In the wake of increasing regulatory scrutiny, Binance has sought to diversify its revenue streams and increase crypto adoption further by acquiring traditional companies in “each economic sector”.
Binance is looking to diversify its business interests by acquiring company’s outside the scope of cryptocurrency, according to a report from the Financial Times.
“We want to identify and invest in one or two targets in every economic sector and try to bring them into crypto,” said Binance CEO Changpeng Zhao, affectionately known to his 5.3 million Twitter followers as ‘CZ’.
Already holding the title of the world’s largest crypto exchange, Binance is aiming to bring in companies from traditional markets in an attempt to further increase broad-scale crypto adoption and diversify its own bushiness.
In the interview Zhao went on to say that nudging traditional companies to embrace crypto will put pressure on the slow-movers and increase overall market competition.
This announcement comes not long after Binance’s monumental $200 million investment in publisher Forbes, in early Feb, solidifying Binance as one of the two largest owners of the media company.
#Binance is taking a $200 million stake in @Forbes.
“This is the first step into a marketplace that has really high potential when it comes to adoption of Web 3.0 based tools”https://t.co/mDIRMHC4dT
— Binance (@binance) February 10, 2022
These moves continue to demonstrate the burgeoning real-world power of the cryptocurrency industry more broadly, which has seen Binance grow to an estimated valuation of approximately $300 billion and established Changpeng Zhao as the 11th richest man in the world.
While crypto exchanges have previously plastered their logos on stadiums and stolen the show at the Super Bowl, acquiring such a significant stake in a legacy media company like Forbes positions Binance as a serious player in acquisitions and investments.
Binance has dabbled before in buying assets and companies that sit outside of its immediate core business, having previously acquired crypto data website CoinMarketCap in Apr. 2020, as well as purchasing a majority stake in the card-payment services giant Swipe in late Dec. 2021.
In terms of diversifying revenue, scooping up traditional businesses outside of digital assets seems to be a wise move, 90% of which is currently sourced from trading fees on its exchange, according to CZ.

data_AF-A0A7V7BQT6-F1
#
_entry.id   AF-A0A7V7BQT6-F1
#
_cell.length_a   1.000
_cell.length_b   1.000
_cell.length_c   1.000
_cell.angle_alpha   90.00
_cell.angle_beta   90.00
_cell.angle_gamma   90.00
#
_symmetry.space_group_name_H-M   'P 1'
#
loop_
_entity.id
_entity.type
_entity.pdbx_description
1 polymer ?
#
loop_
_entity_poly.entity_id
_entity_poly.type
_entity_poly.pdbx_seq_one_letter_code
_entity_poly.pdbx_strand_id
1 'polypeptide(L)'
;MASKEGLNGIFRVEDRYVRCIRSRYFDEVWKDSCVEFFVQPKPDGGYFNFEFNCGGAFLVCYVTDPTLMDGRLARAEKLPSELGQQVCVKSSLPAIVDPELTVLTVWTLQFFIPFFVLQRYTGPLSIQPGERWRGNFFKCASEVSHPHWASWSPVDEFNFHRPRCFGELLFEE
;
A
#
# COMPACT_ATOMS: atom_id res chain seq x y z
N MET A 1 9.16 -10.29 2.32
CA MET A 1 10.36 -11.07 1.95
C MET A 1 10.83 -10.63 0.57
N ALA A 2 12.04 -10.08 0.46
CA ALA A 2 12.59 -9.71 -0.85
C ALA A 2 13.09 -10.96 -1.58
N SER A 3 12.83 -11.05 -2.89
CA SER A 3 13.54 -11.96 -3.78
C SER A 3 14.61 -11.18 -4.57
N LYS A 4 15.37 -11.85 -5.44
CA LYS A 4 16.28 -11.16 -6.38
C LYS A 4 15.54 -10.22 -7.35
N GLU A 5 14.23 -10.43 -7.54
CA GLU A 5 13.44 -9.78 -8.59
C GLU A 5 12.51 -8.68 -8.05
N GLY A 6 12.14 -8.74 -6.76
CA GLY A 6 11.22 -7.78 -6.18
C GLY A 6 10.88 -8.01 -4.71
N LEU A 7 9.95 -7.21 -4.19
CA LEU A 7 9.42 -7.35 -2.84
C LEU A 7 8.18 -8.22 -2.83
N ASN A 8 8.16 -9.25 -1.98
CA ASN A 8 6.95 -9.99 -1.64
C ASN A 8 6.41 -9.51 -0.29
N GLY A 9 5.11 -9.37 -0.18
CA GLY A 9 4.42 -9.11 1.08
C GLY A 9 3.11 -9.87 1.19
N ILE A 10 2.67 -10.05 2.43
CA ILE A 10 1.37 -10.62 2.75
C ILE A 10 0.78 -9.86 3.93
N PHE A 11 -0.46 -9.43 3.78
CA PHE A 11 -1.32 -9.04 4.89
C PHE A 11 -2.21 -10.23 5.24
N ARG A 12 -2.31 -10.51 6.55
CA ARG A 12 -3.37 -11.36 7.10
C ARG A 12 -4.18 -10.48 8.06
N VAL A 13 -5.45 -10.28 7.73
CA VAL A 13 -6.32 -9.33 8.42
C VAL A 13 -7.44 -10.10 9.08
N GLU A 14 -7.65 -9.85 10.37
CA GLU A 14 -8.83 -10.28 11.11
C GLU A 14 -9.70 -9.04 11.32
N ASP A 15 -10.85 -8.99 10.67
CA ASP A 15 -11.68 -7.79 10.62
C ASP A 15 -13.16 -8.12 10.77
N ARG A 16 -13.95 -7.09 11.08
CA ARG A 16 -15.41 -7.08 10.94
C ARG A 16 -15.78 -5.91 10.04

Cointelegraph contacted Binance for further comment, but it had not responded by the time of publication.
The news about Binance’s ambitions beyond cryptocurrency comes as the exchange continues to fall under increasing scrutiny from regulators around the world.
Three days ago, the UK Financial Conduct Authority issued a shot across the bows about a strategic partnership between Binance’s in-house card payment services Bifinity and investment firm Eqonex in which a $36 million convertible loan was provided to expand the companies’ products, including the currently FCA-registered Digivault.
Related: Binance back in Malaysia via a strategic stake in regulated digital exchange
As a result of the transaction, the FCA said, “individuals and entities that are part of the Binance Group may have become beneficial owners of Digivault for the purposes of the Money Laundering Regulations,” suggesting potential regulatory problems for Digivault.
We are aware of recent statements made by Eqonex Limited and the Binance Group confirming that an entity called Bifinity will advance a US$36 million convertible loan to EQONEX. https://t.co/EV7keSHRpa
— Financial Conduct Authority (@TheFCA) March 7, 2022
Binance is also reportedly in talks to obtain a licence to operate in Dubai, according to Bloomberg. This comes as the United Arab Emirates continues its push to become an “oasis” for digital assets in the Middle East.
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